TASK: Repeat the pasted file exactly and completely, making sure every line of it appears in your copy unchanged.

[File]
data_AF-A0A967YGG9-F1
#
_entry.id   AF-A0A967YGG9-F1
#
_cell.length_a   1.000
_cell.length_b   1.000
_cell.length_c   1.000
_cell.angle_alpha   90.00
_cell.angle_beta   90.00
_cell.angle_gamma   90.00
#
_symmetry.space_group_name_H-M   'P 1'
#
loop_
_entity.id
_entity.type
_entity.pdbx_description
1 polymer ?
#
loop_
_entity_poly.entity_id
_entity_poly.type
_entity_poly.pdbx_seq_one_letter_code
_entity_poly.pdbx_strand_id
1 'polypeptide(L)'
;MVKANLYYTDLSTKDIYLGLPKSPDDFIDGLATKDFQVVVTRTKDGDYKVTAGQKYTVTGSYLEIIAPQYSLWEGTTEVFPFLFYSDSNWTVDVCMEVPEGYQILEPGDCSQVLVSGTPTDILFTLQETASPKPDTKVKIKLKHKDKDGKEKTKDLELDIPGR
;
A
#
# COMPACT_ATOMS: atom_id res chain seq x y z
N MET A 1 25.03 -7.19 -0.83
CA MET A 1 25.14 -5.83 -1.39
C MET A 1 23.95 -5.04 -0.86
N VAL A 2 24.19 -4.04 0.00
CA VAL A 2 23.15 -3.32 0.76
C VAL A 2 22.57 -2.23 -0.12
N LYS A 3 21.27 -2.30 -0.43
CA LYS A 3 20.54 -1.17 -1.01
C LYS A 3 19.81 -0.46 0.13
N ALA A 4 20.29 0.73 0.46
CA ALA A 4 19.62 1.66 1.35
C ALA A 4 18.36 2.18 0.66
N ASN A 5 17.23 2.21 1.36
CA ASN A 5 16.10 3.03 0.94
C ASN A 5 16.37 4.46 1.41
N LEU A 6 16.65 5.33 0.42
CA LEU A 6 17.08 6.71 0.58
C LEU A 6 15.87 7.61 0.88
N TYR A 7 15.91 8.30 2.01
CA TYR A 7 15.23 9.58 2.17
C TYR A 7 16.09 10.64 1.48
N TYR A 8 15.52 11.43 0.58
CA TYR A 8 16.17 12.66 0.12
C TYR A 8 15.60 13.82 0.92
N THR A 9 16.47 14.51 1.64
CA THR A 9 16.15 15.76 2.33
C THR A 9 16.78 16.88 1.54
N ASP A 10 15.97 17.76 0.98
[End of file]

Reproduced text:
data_AF-A0A967YGG9-F1
#
_entry.id   AF-A0A967YGG9-F1
#
_cell.length_a   1.000
_cell.length_b   1.000
_cell.length_c   1.000
_cell.angle_alpha   90.00
_cell.angle_beta   90.00
_cell.angle_gamma   90.00
#
_symmetry.space_group_name_H-M   'P 1'
#
loop_
_entity.id
_entity.type
_entity.pdbx_description
1 polymer ?
#
loop_
_entity_poly.entity_id
_entity_poly.type
_entity_poly.pdbx_seq_one_letter_code
_entity_poly.pdbx_strand_id
1 'polypeptide(L)'
;MVKANLYYTDLSTKDIYLGLPKSPDDFIDGLATKDFQVVVTRTKDGDYKVTAGQKYTVTGSYLEIIAPQYSLWEGTTEVFPFLFYSDSNWTVDVCMEVPEGYQILEPGDCSQVLVSGTPTDILFTLQETASPKPDTKVKIKLKHKDKDGKEKTKDLELDIPGR
;
A
#
# COMPACT_ATOMS: atom_id res chain seq x y z
N MET A 1 25.03 -7.19 -0.83
CA MET A 1 25.14 -5.83 -1.39
C MET A 1 23.95 -5.04 -0.86
N VAL A 2 24.19 -4.04 0.00
CA VAL A 2 23.15 -3.32 0.76
C VAL A 2 22.57 -2.23 -0.12
N LYS A 3 21.27 -2.30 -0.43
CA LYS A 3 20.54 -1.17 -1.01
C LYS A 3 19.81 -0.46 0.13
N ALA A 4 20.29 0.73 0.46
CA ALA A 4 19.62 1.66 1.35
C ALA A 4 18.36 2.18 0.66
N ASN A 5 17.23 2.21 1.36
CA ASN A 5 16.10 3.03 0.94
C ASN A 5 16.37 4.46 1.41
N LEU A 6 16.65 5.33 0.42
CA LEU A 6 17.08 6.71 0.58
C LEU A 6 15.87 7.61 0.88
N TYR A 7 15.91 8.30 2.01
CA TYR A 7 15.23 9.58 2.17
C TYR A 7 16.09 10.64 1.48
N TYR A 8 15.52 11.43 0.58
CA TYR A 8 16.17 12.66 0.12
C TYR A 8 15.60 13.82 0.92
N THR A 9 16.47 14.51 1.64
CA THR A 9 16.15 15.76 2.33
C THR A 9 16.78 16.88 1.54
N ASP A 10 15.97 17.76 0.98